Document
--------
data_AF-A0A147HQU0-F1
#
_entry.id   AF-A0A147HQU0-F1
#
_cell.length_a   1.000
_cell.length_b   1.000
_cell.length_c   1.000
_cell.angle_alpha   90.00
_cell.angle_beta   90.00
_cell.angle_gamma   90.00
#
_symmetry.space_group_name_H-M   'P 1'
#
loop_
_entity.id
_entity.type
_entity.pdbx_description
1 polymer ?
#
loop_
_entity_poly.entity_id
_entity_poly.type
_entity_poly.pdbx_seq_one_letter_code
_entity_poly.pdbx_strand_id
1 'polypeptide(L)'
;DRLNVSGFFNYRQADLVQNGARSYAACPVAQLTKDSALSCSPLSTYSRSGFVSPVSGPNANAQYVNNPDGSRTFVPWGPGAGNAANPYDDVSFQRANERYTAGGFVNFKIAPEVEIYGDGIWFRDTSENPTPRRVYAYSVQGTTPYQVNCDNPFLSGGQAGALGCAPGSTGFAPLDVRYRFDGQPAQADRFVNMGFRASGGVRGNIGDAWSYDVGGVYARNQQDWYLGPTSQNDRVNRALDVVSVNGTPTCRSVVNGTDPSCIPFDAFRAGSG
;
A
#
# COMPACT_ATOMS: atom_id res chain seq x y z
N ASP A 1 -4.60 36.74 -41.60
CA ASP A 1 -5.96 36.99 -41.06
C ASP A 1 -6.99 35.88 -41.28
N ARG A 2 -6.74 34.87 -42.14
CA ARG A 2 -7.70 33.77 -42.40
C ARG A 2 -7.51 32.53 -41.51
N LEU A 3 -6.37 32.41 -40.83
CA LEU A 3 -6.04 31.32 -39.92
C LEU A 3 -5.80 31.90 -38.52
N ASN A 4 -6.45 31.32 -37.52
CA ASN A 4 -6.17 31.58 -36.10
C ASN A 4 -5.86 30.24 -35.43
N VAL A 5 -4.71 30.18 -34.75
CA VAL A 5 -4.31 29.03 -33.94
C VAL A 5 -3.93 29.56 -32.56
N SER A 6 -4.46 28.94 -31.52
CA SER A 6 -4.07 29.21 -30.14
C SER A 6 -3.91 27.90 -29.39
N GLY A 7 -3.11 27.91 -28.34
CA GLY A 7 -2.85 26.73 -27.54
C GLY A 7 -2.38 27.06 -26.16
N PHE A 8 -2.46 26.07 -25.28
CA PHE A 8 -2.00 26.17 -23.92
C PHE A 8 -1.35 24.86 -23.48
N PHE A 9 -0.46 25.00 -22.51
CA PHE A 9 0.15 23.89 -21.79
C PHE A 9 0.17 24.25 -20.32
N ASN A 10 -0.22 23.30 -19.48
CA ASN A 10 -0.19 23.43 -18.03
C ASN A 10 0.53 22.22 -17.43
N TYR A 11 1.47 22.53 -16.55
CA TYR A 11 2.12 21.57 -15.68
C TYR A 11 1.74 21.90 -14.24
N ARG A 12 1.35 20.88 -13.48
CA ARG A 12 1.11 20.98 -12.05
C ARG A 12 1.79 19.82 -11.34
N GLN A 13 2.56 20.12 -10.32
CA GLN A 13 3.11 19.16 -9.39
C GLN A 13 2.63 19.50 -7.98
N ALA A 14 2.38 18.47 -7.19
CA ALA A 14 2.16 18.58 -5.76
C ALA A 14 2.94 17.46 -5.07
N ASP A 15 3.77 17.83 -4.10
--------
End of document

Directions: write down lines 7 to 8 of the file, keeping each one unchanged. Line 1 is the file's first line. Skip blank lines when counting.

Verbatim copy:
_cell.length_c   1.000
_cell.angle_alpha   90.00